“The Draft Basic Assessment Report is available for public review for a period of 30 days from 24 January 2014 to 22 February 2014 at the Beach Public Library at 21 Boscombe Place, Marine Parade, Durban. The report is also available for download and review on the following WorleyParsons site:


“Please contact the Environmental Assessment Practitioner (EAP), J.C. Pretorius with any queries and to submit any comments or concerns relating to the Draft Basic Assessment.

“All comments should be submitted to WorleyParsons before or on 22 February 2014.”

The Environmental Assessment Practitioners (EAPs) contact details are as follows:

Post: PO Box 22, Menlyn, 0063

Tel: (012) 745 2000
Fax: (012) 745 2001
* NB Ports & Ships is aware that at the time of publishing this, the WorleyParsons website does not appear to be opening. The EIA practitioner has been advised.


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Port of Mombasa

Ports & Ships publishes regularly updated SHIP MOVEMENT reports including ETAs for ports extending from West Africa to South Africa to East Africa and including Port Louis in Mauritius.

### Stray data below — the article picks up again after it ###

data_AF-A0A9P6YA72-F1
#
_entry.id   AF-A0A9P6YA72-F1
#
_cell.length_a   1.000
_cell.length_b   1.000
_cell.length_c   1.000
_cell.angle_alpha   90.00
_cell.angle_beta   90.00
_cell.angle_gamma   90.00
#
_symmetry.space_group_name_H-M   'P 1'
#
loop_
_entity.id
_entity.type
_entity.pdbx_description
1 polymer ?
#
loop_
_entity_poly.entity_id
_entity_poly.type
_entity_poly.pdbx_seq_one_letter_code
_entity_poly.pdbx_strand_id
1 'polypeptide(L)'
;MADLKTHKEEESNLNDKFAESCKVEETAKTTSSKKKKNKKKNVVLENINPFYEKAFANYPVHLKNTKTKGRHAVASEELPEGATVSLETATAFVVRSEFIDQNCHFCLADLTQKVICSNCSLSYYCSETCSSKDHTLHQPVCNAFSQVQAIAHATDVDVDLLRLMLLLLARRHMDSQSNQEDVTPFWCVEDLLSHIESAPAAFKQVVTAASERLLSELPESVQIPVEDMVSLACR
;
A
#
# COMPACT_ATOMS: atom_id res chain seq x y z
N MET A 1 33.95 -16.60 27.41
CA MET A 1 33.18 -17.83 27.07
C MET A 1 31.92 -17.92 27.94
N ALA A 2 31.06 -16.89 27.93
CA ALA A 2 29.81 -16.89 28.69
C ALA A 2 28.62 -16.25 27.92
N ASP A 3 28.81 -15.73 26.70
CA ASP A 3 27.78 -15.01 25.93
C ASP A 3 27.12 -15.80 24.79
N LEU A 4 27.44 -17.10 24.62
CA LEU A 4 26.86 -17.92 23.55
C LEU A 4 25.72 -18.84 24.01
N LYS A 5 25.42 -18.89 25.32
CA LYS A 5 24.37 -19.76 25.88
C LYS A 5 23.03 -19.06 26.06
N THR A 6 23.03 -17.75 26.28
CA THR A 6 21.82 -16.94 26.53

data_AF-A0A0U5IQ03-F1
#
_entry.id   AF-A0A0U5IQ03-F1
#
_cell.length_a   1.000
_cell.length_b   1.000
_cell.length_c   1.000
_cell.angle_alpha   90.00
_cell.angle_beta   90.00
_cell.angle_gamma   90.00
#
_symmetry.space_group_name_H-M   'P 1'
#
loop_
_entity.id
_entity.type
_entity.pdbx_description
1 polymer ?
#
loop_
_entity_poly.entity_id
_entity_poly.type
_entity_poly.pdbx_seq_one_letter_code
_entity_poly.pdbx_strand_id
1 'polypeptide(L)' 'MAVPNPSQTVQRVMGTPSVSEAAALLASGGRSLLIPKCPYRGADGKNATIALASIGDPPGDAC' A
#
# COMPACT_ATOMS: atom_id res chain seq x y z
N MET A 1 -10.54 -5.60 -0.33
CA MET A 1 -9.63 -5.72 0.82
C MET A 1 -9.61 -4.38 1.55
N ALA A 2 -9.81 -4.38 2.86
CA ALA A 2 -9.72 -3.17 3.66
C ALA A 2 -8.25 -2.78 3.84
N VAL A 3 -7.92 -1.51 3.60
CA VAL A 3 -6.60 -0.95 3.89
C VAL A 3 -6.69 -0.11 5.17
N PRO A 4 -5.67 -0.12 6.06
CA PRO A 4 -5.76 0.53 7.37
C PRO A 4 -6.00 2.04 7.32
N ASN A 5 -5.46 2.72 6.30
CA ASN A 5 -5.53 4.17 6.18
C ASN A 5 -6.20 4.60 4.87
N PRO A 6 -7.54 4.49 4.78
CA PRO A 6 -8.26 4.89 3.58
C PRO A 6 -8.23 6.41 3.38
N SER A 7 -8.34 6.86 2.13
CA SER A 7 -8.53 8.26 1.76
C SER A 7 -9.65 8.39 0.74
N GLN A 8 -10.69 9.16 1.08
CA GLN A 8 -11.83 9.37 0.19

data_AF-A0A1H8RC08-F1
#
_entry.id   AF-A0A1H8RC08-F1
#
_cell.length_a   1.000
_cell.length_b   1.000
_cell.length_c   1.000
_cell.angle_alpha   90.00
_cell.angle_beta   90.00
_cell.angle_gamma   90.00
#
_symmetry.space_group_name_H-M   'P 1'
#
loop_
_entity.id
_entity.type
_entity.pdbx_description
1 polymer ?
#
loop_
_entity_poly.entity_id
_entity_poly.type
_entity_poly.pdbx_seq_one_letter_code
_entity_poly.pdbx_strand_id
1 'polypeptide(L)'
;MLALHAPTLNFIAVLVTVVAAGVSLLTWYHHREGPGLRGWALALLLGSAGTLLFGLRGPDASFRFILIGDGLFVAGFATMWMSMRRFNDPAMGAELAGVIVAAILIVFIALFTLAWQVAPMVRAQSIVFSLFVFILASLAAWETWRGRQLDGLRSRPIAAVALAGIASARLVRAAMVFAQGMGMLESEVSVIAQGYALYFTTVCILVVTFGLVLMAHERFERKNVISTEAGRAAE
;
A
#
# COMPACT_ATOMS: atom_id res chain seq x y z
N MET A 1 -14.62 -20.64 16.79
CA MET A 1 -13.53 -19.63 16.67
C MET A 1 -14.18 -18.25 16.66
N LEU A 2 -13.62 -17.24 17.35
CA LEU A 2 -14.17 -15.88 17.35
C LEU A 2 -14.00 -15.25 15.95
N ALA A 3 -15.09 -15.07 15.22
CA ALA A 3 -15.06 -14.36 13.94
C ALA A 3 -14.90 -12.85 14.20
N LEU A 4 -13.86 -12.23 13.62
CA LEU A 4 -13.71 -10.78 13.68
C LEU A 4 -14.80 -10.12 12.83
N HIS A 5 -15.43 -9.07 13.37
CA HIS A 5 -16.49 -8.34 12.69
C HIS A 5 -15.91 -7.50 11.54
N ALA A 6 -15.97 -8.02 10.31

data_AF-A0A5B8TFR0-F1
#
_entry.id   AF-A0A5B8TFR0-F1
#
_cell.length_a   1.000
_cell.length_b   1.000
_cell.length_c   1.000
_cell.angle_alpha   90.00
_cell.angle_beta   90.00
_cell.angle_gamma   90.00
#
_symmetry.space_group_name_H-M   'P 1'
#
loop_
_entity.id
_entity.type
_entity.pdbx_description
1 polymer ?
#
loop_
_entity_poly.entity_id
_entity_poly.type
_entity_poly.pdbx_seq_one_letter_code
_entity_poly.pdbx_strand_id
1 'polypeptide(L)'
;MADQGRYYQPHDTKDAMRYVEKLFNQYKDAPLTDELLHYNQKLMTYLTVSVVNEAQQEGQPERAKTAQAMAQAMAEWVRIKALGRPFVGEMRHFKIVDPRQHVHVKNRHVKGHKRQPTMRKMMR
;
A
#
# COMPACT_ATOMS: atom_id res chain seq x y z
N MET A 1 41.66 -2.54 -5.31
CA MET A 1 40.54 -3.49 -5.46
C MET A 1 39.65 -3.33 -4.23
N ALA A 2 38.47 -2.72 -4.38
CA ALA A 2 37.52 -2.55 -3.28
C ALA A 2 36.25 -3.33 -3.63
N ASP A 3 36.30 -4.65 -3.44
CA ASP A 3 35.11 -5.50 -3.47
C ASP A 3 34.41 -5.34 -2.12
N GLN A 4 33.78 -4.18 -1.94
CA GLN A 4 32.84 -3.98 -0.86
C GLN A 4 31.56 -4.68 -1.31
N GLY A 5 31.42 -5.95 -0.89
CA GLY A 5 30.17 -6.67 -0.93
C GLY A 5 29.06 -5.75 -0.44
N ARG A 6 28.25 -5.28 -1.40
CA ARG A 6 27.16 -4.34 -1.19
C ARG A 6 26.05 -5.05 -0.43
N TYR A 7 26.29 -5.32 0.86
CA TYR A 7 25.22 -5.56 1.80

In the case of South Africa’s container ports of Durban, Ngqura, Ports Elizabeth and Cape Town links to Stack dates are also available.

You can access this information, including the list of ports covered, by going HERE - remember to use your BACKSPACE to return to this page.


merkur cloud 470

The container ship MERKUR CLOUD (22,015-dwt, built 1996) seen preparing to sail from the Port of Cape Town earlier this month. With all the hype around the larger container ships, one can easily forget that there is a need also for smaller capacity container ships, as with the vessel shown here which has a maximum container capacity of just 1618 TEU. Merkur Cloud was built in Germany at the Meeres-Technik-Wismar shipyard. Pictures by Ian Shiffman

merkur cloud 470